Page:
Explore Secrets of the Martian meteorites with Inside Explorer
The Field Museum of Natural History in Chicago holds one of the largest and most important natural history collections in the world, and its meteorite collection is the largest at a private research institute. A newly opened exhibition has allowed new light to be shed on the fascinating details that meteorites hold.
Interspectral has worked with the Field Museum since 2013 and has already successfully delivered several visualisation solutions for permanent, temporary and travelling exhibitions. This most recent project has resulted in original content for Interspectral and has opened up new applications at natural history museums, planetariums and science centres.
The recently opened exhibition displays meteorites from Mexico and Africa and even a replica one from Mars that visitors can touch. Using Inside Explorer tables visitors to the exhibition can expect to discover a great deal more about meteorites and the places they have come from, than they might believe on first sight. One of the most impressive elements of the new material is from a meteorite from the meteor explosion in Chelyabinsk, Russia in 2013. This meteor was the largest object to fall to earth from space in almost 100 years, with an estimated mass of 11,000 metric tonnes.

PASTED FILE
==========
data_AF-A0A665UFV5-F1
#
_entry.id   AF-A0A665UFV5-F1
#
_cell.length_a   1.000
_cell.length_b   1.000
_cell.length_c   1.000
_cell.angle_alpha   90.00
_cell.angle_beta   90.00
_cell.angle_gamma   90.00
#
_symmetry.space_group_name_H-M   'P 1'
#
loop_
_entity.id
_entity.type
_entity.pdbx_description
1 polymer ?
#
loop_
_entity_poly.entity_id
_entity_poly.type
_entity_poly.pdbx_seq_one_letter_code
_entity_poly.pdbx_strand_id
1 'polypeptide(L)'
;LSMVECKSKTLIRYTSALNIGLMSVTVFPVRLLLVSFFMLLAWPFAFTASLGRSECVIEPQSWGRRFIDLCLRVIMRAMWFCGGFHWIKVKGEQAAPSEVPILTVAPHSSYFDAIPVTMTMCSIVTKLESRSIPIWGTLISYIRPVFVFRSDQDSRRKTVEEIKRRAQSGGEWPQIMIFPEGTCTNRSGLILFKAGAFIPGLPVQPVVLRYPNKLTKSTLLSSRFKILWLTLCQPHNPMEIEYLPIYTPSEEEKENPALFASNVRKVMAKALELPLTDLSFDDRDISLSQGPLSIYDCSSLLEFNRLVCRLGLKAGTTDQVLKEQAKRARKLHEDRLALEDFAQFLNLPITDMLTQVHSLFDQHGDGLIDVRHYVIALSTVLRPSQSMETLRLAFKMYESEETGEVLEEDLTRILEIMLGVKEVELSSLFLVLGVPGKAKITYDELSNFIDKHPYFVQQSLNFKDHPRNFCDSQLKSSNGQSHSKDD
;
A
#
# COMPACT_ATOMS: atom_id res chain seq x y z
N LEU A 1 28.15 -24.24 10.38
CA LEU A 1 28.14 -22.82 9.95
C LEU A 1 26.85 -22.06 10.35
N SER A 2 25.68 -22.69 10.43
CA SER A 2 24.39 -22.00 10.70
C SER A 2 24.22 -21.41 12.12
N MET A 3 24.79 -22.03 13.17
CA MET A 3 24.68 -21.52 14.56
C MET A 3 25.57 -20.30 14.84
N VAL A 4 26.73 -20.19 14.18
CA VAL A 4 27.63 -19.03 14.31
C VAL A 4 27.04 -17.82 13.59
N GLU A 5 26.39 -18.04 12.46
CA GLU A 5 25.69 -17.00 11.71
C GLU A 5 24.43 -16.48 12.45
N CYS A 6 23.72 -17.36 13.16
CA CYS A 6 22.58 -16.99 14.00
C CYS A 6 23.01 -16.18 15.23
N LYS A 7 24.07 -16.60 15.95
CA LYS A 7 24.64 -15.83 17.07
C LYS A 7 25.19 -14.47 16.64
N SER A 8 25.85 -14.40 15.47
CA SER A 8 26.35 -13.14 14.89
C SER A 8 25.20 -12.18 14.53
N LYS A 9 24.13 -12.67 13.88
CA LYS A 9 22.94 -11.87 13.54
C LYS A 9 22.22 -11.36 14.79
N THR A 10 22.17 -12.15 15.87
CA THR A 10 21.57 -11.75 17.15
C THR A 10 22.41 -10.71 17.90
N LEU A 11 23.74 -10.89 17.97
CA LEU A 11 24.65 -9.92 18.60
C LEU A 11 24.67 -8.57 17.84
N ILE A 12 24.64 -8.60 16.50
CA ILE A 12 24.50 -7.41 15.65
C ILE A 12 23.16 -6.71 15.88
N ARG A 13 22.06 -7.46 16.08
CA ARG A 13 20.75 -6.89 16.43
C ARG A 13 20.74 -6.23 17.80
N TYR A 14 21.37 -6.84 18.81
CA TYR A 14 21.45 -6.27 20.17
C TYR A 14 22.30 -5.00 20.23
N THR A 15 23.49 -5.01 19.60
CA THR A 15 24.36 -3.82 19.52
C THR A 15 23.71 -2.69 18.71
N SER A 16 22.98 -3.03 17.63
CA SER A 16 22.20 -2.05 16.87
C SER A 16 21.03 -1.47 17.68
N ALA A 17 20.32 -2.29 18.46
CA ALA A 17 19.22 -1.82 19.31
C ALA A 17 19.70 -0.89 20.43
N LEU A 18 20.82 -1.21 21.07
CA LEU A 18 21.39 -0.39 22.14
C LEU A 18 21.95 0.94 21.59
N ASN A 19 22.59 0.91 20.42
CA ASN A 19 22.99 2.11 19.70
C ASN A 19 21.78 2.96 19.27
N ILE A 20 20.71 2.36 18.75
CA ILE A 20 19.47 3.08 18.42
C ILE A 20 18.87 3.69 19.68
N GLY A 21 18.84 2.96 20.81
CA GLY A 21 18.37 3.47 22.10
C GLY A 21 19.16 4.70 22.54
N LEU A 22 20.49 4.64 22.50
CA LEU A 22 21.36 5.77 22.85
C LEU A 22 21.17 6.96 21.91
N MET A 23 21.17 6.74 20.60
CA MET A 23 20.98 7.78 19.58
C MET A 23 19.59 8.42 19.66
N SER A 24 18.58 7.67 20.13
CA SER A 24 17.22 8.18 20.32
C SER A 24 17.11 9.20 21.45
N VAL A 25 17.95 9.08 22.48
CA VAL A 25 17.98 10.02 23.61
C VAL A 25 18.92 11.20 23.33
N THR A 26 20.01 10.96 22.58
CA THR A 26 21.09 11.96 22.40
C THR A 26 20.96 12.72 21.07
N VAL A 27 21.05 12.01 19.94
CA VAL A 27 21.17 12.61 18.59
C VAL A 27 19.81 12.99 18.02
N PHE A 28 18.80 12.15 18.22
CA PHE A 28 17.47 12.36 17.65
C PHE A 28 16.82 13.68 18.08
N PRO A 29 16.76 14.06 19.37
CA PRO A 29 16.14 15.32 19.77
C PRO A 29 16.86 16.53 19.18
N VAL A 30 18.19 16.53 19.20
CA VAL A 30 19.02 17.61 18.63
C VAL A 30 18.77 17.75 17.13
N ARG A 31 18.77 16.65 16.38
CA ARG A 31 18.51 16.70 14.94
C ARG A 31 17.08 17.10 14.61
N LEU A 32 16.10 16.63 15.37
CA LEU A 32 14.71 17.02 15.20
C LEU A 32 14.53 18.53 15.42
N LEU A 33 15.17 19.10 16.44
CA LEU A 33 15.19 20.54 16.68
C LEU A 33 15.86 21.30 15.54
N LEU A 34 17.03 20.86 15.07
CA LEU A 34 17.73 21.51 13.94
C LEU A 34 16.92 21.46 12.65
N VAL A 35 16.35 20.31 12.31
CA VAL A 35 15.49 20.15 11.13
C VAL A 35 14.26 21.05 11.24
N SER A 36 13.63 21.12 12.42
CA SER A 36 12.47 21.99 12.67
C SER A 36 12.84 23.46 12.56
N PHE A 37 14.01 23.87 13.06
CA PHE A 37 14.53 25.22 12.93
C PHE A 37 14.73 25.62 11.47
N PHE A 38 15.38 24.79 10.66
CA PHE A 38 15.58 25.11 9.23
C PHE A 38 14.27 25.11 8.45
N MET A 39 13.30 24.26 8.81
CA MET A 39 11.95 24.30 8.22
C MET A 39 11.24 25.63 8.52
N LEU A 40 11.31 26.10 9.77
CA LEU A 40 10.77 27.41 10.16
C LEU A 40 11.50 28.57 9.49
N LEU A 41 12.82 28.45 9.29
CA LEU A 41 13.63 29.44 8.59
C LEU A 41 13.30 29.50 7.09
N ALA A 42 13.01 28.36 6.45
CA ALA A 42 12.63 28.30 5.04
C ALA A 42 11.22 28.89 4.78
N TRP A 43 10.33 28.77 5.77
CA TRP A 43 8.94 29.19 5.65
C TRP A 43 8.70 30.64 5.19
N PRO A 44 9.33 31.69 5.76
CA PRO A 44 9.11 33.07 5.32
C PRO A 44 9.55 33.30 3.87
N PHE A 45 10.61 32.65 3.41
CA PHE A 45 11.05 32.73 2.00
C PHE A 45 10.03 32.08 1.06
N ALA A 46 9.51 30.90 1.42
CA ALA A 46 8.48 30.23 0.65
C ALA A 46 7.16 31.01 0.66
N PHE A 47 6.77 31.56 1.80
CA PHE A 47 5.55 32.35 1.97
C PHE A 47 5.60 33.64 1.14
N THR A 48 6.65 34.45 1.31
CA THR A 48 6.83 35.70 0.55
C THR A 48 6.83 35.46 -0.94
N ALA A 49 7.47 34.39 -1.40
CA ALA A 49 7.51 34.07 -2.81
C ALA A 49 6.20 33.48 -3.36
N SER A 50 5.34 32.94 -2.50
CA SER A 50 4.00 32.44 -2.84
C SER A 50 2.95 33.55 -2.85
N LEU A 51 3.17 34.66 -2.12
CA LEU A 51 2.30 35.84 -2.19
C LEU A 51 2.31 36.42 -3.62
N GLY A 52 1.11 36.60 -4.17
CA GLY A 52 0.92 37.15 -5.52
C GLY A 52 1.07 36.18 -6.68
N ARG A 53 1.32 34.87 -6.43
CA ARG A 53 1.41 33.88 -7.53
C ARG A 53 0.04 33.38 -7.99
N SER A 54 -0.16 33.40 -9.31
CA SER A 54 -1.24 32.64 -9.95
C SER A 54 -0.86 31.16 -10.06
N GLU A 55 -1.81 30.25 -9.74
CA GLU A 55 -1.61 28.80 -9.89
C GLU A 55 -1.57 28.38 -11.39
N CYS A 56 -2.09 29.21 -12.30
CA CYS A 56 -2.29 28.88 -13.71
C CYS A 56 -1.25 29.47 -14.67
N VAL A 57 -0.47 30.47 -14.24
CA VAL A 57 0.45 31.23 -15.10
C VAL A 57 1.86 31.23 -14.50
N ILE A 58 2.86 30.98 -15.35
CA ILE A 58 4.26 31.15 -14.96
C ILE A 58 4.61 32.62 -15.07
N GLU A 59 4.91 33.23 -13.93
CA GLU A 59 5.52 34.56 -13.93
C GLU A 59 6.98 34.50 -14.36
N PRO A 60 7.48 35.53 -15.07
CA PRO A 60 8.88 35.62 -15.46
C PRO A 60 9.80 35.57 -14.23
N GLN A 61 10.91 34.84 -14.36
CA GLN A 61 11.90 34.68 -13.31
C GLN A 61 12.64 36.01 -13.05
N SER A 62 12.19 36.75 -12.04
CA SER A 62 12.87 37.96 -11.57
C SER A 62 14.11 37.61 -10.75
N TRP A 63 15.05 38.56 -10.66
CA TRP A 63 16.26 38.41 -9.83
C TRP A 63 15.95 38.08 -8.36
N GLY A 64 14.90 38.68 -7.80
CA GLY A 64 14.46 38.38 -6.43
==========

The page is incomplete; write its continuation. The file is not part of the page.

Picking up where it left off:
The touch screens allow members of the public to see into the core of the meteorites. Not only that, but they are using the very same technology that scientists at the museum use for their research. It is undeniably an inspirational way to get young people interested in science and space exploration.
This type of material is a new departure for Interspectral and opens up a wealth of data to a new range of institutions, including natural history museums, planetariums and science centres. The content can be made available to these organisations and new audiences more widely than ever before in the form of a content package, which contains data from a selection of important meteorites in the Field Museum’s collection. These include: Allende – a rare carbonaceous chondrite – only 4% of meteorites are of this type containing carbon; NWA 11115 – a Martian meteorite found in North West Africa; Botten 003 – a fossil meteorite created from an asteroid collision 466 million years ago; and the Chelyabinsk meteor that came to earth in 2013.
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